That Word Doesn’t Exactly Fit

Some time ago, I posted an essay concerning how bullets fired from derringers can tumble in flight.

engraved derringer

tumbling bullet trajectory

Long time reader Fruitbat44 left a comment that has been nagging at me.

“Please correct me if I’m wrong, but I always thought that a bullet that tumbled would do more damage to an attacker than one which didn’t.”

What Fruitbat44 is referring to is a claim made during the vicious and heated debate that ensued when the US military started to replace their front line battle rifles with the M16.


The new rifle was chambered for the 5.56 NATO round, which produced around 1,700 foot/pounds of muzzle energy.  This was to replace the 7.62 NATO cartridge, which produces about 2,500 ft/lbs of muzzle energy.  They were going to go from bigger to smaller.

762 next to a 556 round

The reaction of most people who had been in combat was swift and decisive.

HOLD THE PHONE!  The US military, in the middle of a war, was going to replace a proven and battle-tested rifle with one that was weaker?  Who the hell thought this one up?  THEY WERE SENDING OUR GUYS OUT TO DIE!

Not so, proponents of the new rifle said.  The new ammunition was designed to tumble, dontchya know.  It didn’t matter that it was smaller and weaker than the old ammo, because it produced even bigger wounds!  The tumbling bullets chewed through a human body like a buzzsaw meeting a damsel!


(Picture source.)

There is also no doubt that 5.56 rounds produce some impressive wounds for their size.

556 in ballistic gel

So the bullet from an AR design tumbles while it flies through the air?  Actually, no.  It flies straight and true in the air like any accurate round, but tries to swap ends when it enters something soft and squishy like a human body.  When the bullet turns sideways, the stresses produced tend to break up the round.  It is very common for 5.56 rounds to fragment into at least a few fragments.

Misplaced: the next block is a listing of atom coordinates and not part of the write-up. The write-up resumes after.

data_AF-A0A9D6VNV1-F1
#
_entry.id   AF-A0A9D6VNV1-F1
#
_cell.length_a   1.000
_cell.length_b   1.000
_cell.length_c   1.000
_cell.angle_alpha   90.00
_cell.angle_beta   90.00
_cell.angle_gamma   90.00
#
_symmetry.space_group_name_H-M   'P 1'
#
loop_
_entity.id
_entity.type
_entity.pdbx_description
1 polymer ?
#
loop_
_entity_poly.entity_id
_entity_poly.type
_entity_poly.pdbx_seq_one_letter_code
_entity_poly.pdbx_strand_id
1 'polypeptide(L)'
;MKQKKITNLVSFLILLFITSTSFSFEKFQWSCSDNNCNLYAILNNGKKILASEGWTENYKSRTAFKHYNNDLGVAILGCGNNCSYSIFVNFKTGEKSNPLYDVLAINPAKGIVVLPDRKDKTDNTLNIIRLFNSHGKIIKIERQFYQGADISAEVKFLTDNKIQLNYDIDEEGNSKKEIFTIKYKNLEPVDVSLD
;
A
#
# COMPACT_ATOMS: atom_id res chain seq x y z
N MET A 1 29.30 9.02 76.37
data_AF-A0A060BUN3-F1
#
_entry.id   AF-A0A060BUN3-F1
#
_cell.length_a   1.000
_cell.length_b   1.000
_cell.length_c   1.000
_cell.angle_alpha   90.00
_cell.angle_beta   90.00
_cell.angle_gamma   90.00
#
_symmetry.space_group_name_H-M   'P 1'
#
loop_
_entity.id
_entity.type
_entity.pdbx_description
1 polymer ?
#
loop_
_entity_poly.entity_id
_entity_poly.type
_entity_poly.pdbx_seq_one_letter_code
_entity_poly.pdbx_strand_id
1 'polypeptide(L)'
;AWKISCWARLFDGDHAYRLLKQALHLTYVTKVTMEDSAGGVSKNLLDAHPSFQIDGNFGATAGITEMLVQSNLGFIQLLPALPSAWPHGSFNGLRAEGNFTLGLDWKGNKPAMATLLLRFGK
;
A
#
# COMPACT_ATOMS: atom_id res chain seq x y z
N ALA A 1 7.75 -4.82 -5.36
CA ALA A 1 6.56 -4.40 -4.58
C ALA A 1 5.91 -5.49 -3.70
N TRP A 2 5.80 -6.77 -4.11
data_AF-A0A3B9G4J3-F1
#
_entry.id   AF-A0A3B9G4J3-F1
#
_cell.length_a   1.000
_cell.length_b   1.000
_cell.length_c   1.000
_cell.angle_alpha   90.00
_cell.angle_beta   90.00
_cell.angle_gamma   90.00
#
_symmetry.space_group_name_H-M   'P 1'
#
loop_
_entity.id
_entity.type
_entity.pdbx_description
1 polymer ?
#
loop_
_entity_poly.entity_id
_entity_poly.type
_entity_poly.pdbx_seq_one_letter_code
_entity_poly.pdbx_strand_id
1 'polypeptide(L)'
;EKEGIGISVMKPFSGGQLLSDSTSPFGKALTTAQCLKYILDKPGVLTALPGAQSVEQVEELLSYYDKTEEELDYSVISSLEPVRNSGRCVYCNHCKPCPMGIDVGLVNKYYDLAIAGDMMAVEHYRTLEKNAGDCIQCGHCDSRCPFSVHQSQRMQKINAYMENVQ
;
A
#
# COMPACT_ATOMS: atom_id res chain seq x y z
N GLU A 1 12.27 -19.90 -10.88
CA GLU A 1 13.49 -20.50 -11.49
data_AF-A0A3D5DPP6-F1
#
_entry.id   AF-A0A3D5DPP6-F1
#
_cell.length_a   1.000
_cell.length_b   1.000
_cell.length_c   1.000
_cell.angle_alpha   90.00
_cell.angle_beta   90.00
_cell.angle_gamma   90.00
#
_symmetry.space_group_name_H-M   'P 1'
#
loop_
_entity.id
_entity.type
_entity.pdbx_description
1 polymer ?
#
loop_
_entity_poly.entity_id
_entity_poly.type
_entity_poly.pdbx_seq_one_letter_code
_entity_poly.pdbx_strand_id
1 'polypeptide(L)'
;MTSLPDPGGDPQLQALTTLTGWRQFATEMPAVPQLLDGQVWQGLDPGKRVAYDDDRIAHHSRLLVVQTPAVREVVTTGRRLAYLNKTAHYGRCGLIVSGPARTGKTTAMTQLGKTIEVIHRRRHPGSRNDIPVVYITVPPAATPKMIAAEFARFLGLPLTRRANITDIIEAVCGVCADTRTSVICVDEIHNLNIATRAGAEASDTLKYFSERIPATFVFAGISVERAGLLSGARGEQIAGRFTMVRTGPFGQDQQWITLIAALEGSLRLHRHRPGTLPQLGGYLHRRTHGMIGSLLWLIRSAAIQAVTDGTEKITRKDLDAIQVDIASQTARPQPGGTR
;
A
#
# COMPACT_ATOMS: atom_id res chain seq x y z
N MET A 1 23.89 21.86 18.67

So why does the bullet do this?  Have no idea, actually.  Depends on who you talk to.  Some people say it is due to the shape of the bullet, others say it is the way the bullet is balanced, and still others say that every bullet does this and the 5.56 is no different.  I’m just pretty sure that it does.

If anyone has the inside scoop, please share in the comments.  I’m going to go to the range and fire a few rounds.

11 thoughts on “That Word Doesn’t Exactly Fit

  1. Seems like I read the original Vietnam rifles at the time had one in fourteen twist barrels which would just barely stabilize the issued 55 grain bullet in flight. Once the marginally stabilized 55 grain pill hit anything it would begin to tumble and inflict major damage. Any bullet over 55 grains would not stabilize with that twist rate, which is the reason today we see a one in nine twist most common in the 5.56 rifles designed to use the 63 grain or heaver bullets.